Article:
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Where have all the restaurant floor managers gone?

This blog isn’t based on a scientific study it is just an observation but where have all the restaurant floor managers gone? I very rarely see restaurant managers in the dining room managing the meal period anymore.

I try to look for managers every time I go out to eat from a curiosity perspective. I, as all restaurant people do, judge every restaurant that I eat in and will for the rest of my life. I see managers, but they are almost always in the window expediting.

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When I was a manager at a high volume full-service restaurant, we would staff at least 2 FOH managers for every weekday meal period and three on weekends. One of us would work in the window expediting meals, and the others would manage the FOH.

Expediting is very important job, ensuring that the food going to the table is cooked correctly, and the right meals are getting to the guests in a timely manner, matters. Let’s also be honest with ourselves, expediting is easier than managing the floor and is more fun because you’re not having to be on and in front of guests. You can shoot the shit and make jokes with the kitchen guys while you’re putting orders together.

In my opinion there needs to be at least one restaurant manager on the floor managing guest service. Even in a lower volume restaurant there are things that the manager can be doing to positively affect the guests experience, help servers/buss staff, and speed up table turns.

Am I wrong? Please comment and tell me the deal. I would hate to think that in my early 40’s that I’m completely over the hill on this matter.

Written by

I've been in the restaurant industry for most of my adult life. I have a BSBA from University of Denver Hotel Restaurant school and an MBA from the same. When I wasn't working in restaurants I was either doing stand-up comedy, for 10 years, or large enterprise software consulting. I'm currently the Managing Director of OpsAnalitica and our Inspector platform was originally conceived when I worked for one of the largest sandwich franchisors in the country. You can reach out to me through LinkedIn.

3 Comments Published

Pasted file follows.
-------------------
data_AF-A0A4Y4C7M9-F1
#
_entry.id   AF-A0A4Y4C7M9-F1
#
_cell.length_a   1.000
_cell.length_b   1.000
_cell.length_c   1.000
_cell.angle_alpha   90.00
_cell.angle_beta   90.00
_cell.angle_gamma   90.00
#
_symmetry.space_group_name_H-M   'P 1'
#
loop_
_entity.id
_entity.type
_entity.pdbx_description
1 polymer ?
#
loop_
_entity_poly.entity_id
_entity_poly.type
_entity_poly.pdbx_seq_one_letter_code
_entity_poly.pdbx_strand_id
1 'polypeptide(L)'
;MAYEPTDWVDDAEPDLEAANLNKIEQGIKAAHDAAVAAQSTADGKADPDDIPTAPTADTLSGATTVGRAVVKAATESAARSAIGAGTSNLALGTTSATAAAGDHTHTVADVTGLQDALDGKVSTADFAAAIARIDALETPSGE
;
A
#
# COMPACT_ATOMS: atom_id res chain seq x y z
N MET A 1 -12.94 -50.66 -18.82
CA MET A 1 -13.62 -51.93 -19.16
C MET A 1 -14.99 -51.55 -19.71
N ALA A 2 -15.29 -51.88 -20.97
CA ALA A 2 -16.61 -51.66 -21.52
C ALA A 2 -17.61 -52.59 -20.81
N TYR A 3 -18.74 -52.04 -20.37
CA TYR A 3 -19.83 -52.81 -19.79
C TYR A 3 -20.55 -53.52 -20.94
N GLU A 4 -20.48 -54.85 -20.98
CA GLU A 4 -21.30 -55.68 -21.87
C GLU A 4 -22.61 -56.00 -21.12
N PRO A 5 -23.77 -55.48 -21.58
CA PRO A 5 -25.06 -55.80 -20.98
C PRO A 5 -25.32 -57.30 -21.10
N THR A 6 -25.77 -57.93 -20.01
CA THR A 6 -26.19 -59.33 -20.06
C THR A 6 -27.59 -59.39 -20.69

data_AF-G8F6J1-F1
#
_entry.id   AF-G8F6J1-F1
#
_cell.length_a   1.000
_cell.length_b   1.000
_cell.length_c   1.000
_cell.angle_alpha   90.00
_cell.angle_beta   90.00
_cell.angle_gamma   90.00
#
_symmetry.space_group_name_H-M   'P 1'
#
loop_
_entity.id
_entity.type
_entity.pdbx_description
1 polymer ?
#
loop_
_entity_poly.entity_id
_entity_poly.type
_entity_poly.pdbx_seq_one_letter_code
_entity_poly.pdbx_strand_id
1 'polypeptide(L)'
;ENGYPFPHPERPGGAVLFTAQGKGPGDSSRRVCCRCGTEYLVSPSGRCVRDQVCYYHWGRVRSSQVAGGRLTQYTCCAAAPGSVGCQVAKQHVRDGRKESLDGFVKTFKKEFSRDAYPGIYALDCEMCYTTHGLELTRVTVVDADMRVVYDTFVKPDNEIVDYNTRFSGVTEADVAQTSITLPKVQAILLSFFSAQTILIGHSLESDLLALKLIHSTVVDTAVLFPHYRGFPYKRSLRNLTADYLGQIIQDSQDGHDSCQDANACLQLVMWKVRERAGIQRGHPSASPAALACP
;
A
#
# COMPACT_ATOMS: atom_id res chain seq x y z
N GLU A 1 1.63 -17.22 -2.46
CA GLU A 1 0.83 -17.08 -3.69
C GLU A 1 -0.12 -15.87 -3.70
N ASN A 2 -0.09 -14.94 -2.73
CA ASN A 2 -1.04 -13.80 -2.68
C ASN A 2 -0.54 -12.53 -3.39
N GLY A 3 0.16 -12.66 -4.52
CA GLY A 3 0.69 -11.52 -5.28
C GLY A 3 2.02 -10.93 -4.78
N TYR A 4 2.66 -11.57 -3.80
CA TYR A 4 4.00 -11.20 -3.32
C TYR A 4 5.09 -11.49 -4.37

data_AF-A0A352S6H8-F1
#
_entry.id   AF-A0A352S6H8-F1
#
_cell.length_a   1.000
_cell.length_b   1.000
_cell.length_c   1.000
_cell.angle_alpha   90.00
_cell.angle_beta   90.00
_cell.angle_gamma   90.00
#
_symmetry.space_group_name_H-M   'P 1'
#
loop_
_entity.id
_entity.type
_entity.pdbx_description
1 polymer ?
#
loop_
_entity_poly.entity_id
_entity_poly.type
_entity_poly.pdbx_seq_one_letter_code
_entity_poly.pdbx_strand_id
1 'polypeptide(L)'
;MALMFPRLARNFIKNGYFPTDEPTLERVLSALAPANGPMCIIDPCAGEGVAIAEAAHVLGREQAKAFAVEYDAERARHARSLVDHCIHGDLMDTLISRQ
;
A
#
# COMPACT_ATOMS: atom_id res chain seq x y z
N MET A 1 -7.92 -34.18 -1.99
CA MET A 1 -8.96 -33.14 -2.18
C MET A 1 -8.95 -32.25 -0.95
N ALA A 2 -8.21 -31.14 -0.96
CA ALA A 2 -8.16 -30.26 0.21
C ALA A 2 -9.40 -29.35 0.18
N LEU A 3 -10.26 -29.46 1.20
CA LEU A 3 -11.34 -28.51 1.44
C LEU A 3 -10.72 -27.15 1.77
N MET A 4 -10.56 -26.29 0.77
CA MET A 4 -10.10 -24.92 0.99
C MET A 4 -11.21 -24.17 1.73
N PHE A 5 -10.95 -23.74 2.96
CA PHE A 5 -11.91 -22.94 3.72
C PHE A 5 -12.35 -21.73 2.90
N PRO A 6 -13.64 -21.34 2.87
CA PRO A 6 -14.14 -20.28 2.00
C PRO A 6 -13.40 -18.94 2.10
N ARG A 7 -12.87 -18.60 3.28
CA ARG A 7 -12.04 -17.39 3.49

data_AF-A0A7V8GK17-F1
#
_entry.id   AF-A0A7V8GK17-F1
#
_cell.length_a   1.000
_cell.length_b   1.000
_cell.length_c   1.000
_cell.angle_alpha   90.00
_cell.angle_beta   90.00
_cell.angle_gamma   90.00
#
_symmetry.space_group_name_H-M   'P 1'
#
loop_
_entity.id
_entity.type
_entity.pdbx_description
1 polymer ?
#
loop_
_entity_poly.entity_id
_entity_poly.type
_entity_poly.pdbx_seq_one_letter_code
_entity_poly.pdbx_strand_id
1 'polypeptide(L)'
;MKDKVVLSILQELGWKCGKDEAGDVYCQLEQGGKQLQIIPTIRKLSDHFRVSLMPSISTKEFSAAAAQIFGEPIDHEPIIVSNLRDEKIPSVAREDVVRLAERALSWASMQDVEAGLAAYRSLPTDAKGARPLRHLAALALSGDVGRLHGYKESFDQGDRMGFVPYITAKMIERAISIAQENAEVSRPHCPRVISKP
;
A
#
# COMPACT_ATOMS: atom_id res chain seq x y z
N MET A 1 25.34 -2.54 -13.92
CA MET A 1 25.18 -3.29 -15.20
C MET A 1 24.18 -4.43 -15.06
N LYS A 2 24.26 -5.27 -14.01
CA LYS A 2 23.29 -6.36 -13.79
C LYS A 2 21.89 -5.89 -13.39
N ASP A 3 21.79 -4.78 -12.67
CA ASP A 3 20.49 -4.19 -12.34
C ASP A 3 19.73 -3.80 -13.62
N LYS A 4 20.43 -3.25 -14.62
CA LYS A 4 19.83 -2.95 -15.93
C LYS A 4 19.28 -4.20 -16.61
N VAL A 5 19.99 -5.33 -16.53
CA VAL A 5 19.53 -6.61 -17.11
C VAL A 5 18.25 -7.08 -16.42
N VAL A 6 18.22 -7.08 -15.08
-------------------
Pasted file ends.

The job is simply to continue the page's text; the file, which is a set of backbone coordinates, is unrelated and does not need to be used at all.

by Jeffrey Summers , post on 5 March 2015 | Reply

Absolutely critical point! Coaching at the point of experience. Nothing impacts the guest experience more than a leader leading from the front. There’s a world of difference in the level of success of operators who understand that we’re in the business of creating experiences and not just food.

by michael hopkins , post on 7 March 2015 | Reply

Hi. in answer to the question where have all the floor managers gone ,is this nowadays they are covering other departments ie conference and banquetting
and doing duty manager shifts that they have hardly or no time to do it and bogged down with paper work, scheduling rota”s for staff etc and they find it
very difficult to do.

by Bruno Hilgart , post on 8 March 2015 | Reply

There is more and more work with less and less people. Labor is a % on the P/L so let’s say that based on sales, the labor we can spend for this specific time frame is 50$. When average wages were 7$ an hour, you could schedule 7 hourly people. Now, with wages near 10$ an hour, we can schedule 5. Guest will never expect less and want to pay more. The only chance operaters have is to increase productivity of each labor hour scheduled. The sales per man hour today is approaching 50!
This leaves managers having to fill the void. They have “S’s” on their chests, capes on their backs, playing super employee/managers.
They are multi tasking more than ever. They simply don’t have the time to do the travel paths that should include guest interaction at the front of the house. 25 years ago, you could be an average operator at an average location and make money. Today, you could be at “A” location with A operations and possibly not make it.

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